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How To Find Your Story

Updated: May 25, 2020

Choosing which life events make a good story.

a neon sign on a wall under a bookshelf that reads we are all made of stories

Life isn’t like it is in the movies. There aren’t clear beginnings, middles and ends in our stories - apart from the most obvious ones such as birth, life and death.

With the relentless flow of life, events merge into one another. Any stories we may have become entwined with other things and it becomes hard to tell where one thing ends and another begins.


We also often look within ourselves for the stories that feel worthy of making a Hollywood movie about, and for most people, those kinds of theatrical, dramatic story arcs rarely ever happen to us. (The last time I arranged to meet my wife for a Christmas drink her office block wasn’t taken over by terrorists, and I didn’t have to parade around barefoot in a bloodied vest with a machine gun strapped to me in order to save the day. But, maybe I’m the exception, not the rule.)


Most of us don’t tend to have such high drama in our lives. We experience the small, often mundane aspects of life while we go about our daily routine of both work and play. And yet, that is actually where some of the greatest story gold is to mined.


The most inspiring stories aren’t about conquering incredible feats or saving the world. They happen so rarely to so few people that it is hard for most of us to associate with them anyhow.


The stories that move and empower people are the little stories, but where a transformation of some kind takes place. The storyteller goes through something that leaves them forever changed, and, most powerfully, this transformation takes place within the confines of ordinary, everyday life.


This transformation could be in the form of something that physically changes you - an accident for example, or it most likely will be an inner transformation in the form of a realisation or a valuable lesson learnt.


The reason that these kind of stories are so powerful is that more people can associate with them and empathise with the experience, perhaps it can help them to transform in some way too. These stories also unite people because we get a better sense of a shared journey - we aren’t in this alone, there are others who know what I’m going through. This is why frazzled new mums seek out blogs that help them to justify lunchtime drinking; and why there is a quiet revolution bubbling under in the men’s beard oil community.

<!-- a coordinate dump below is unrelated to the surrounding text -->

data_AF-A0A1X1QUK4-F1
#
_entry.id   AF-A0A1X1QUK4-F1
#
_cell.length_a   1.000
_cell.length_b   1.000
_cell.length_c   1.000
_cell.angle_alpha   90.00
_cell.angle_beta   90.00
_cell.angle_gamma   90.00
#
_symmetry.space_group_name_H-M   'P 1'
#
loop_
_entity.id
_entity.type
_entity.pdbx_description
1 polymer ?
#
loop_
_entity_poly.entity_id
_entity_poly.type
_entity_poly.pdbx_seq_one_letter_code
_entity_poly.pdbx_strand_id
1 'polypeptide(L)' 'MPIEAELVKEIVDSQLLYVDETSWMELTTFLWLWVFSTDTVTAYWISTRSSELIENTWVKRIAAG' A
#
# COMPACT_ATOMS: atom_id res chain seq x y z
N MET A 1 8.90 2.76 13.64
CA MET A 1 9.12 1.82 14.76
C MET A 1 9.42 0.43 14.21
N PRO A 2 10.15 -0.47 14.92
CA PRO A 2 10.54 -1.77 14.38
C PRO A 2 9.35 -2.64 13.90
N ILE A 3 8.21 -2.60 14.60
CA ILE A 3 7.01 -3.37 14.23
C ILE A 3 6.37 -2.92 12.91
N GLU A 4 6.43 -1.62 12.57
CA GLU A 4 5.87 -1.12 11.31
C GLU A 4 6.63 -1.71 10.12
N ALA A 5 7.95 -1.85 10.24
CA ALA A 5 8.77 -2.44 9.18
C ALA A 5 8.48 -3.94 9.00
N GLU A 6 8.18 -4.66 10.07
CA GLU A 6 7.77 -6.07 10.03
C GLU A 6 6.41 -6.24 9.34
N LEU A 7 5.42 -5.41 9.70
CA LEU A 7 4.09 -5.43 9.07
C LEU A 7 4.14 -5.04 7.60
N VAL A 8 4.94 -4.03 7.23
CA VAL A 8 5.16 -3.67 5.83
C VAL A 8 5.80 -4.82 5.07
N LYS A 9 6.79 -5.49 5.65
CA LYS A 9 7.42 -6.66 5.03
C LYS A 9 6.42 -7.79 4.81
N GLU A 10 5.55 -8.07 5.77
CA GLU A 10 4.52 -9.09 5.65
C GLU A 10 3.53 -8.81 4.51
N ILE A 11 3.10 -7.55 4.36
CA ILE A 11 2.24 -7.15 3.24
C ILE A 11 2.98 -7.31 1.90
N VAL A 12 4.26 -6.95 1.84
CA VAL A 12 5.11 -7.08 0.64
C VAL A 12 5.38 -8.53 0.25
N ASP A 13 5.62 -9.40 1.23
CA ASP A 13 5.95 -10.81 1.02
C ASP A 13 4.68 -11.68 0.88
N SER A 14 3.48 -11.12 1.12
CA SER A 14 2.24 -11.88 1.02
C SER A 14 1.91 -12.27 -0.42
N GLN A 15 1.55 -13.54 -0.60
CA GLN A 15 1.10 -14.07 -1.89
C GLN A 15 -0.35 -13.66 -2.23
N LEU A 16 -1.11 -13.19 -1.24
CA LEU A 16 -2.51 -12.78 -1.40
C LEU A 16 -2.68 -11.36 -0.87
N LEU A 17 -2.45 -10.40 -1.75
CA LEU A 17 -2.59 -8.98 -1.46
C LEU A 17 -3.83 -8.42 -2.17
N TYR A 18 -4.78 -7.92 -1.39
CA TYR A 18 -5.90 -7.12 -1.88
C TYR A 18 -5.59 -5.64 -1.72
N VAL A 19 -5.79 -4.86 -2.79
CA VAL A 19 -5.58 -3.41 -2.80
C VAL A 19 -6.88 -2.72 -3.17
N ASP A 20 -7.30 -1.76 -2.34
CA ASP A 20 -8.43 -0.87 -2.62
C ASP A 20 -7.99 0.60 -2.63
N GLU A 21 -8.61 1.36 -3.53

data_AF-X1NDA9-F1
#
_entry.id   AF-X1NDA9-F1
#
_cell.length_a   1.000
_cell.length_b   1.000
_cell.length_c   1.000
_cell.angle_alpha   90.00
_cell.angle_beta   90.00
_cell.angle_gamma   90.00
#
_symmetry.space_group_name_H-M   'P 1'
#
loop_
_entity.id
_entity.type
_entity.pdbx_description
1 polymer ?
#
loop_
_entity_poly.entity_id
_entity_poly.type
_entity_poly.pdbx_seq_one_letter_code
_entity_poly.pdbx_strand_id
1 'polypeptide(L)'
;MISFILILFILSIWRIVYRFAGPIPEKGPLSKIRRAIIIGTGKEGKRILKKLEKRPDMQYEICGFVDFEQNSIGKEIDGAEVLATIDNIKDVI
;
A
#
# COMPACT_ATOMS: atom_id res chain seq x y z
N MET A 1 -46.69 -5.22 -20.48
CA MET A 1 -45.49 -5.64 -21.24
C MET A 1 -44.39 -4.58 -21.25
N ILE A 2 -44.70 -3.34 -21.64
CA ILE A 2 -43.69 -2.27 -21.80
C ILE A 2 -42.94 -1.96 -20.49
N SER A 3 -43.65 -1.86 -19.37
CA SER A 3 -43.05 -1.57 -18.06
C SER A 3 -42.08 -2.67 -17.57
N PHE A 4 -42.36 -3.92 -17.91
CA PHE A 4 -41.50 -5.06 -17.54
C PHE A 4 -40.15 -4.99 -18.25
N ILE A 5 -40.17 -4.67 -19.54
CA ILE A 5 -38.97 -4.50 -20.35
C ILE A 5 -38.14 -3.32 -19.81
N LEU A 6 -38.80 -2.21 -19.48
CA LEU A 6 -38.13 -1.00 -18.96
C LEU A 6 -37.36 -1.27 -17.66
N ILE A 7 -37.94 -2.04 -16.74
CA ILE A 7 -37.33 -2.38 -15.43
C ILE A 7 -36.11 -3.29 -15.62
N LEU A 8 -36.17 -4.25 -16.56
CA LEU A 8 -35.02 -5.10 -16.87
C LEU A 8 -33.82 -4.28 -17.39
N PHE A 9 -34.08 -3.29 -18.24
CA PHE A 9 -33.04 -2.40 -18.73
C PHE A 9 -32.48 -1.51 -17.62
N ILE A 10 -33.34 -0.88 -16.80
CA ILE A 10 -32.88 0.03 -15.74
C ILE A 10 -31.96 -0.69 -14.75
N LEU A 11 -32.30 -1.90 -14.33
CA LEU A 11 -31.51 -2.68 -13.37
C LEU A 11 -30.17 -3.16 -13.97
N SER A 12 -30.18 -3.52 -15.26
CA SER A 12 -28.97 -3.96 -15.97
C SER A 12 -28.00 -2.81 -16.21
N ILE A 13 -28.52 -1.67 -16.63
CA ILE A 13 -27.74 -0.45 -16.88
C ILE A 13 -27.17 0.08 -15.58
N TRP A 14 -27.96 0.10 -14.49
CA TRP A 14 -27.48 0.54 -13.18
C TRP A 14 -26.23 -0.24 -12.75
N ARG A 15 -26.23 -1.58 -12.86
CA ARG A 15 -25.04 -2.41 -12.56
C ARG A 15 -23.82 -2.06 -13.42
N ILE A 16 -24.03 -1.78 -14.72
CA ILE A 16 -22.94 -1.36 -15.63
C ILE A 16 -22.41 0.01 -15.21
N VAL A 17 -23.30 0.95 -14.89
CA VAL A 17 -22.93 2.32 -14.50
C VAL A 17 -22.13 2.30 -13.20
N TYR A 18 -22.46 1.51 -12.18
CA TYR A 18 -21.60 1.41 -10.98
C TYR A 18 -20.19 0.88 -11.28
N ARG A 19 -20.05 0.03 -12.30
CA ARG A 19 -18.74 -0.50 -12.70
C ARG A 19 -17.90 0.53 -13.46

These transformational stories often require the storyteller daring to show some vulnerability and openness in sharing their experience. This vulnerability is both empowering to the teller and endearing to the listener. Trust is established, barriers fall down.


So when you look for your stories, don’t always look for the big moments, even if you do have some mammoth experiences to share. Although, if you do have a story that involves an actual mammoth, you should definitely tell that one.


Look deeper for those smaller moments where you were changed by something, where you were never the same from that moment onwards - for better or for worse. Start with that transformational moment and dig out the story from there, like a sculptor chipping away at a block of marble attempting to unearth a masterpiece within.


What was the understanding you gained?


In order for there to be a transformation, there needs to be a ‘before’ and then an ‘after’. What was the ‘before’? That’s a good place to start so that you can take people on the journey from the beginning.


Set the scene. Where were you? What year was it? What is the overriding image that comes to mind when you think of the ‘before’ moment? Describe it, tell us about it.

Then. slowly move through what happened as you build towards the moment that things changed.


Describe the ‘after’ moment. What did you see? What did you feel? How were you changed?


And then, get out.


Don’t linger too long.


Let the awakening moment ring out and echo, so that it remains in the mind of the listener, and even in yourself.


Better to leave people with questions, than leave them wishing you had shut up five minutes ago.


And so, on that bombshell, I’m going too.



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